Force, Vectors, and Newton's First Law of Motion
o Newton's first law of motion (law of inertia)
o Net force
o Know how to add and subtract vectors
o Recognize the relationship between a net force and the sum of vectors
o Apply vectors and their sums to understanding Newton's first law of motion
A fundamental concept in physics is the idea of a force. Although we may have a difficult time attempting to define this term, we have a pretty good idea of what is meant when someone talks of "applying a force" to some object. We can see forces at work when an object falls under the influence of gravity, or when two billiard balls collide, causing changes in their motion. A force, then, is an influence on the motion (or lack thereof) of an object. We can think of forces as being stronger or weaker (that is, they have a magnitude), and we can think of forces as being directed one way or another (that is, they have direction). Thus, a force is a prime candidate for representation as a vector. We will consider forces in terms of Newton's laws of motion, and in doing so, we will further discuss the properties of vectors and how they can be used to study the motion of objects.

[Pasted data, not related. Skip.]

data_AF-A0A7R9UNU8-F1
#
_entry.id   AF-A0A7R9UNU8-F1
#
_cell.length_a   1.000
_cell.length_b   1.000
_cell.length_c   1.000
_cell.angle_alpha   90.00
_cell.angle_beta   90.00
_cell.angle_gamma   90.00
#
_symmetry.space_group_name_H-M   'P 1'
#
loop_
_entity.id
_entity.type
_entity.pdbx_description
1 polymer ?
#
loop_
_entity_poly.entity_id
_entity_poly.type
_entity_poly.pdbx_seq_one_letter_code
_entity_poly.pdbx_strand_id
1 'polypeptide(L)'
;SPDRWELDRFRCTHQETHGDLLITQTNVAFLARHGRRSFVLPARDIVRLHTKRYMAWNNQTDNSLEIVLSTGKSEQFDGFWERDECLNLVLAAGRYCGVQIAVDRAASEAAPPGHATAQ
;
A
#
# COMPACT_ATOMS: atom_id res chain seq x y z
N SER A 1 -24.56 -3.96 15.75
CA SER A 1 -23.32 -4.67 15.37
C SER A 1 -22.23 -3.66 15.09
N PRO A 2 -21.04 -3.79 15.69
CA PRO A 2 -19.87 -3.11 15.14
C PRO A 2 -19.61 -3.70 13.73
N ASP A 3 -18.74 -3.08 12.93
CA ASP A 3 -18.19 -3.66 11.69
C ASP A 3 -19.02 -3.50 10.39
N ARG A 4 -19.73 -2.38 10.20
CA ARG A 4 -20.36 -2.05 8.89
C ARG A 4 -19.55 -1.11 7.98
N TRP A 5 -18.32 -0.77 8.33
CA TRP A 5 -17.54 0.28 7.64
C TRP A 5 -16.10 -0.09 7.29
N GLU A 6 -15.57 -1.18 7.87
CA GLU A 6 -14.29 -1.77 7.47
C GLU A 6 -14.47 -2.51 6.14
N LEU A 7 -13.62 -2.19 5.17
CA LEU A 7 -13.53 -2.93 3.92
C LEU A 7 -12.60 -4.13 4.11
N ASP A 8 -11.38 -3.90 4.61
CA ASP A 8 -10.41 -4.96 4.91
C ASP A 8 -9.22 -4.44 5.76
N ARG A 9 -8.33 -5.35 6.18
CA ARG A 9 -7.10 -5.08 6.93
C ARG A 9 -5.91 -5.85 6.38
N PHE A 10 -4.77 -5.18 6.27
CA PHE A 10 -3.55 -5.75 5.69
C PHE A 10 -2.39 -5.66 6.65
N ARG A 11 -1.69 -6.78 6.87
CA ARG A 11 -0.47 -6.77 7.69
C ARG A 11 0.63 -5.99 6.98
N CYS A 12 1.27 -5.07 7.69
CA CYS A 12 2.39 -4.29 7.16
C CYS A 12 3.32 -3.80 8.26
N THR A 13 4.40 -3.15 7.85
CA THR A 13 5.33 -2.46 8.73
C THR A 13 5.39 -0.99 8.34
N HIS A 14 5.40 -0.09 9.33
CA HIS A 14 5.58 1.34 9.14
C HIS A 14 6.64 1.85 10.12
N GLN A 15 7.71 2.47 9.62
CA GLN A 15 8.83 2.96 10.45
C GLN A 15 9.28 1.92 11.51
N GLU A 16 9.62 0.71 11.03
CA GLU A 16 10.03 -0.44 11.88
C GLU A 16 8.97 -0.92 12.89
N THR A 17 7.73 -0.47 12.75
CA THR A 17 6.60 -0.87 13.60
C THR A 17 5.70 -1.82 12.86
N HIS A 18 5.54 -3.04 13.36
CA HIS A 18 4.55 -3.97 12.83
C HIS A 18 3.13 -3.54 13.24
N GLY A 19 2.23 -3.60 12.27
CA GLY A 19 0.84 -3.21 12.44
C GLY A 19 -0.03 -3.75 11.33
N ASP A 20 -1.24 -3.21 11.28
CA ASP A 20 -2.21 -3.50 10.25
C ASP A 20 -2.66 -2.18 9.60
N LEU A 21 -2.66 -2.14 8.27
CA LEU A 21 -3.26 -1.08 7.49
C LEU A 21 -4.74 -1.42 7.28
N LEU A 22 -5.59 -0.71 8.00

Force, Vectors, and Newton's First Law of Motion
Another important quantity that we will represent using vectors is velocity, which is the speed of an object in a particular direction. Likewise, acceleration can be represented using vectors. Acceleration is simply the rate of change of the velocity; acceleration also has a magnitude and a direction. The direction of the acceleration can be parallel to the velocity (which increases the speed of the object in its "forward" direction), antiparallel (opposite in direction) to the velocity (which decreases the speed of the object in its "forward" direction), or it can be at an angle oblique to the velocity (which causes the object to change its "forward" direction).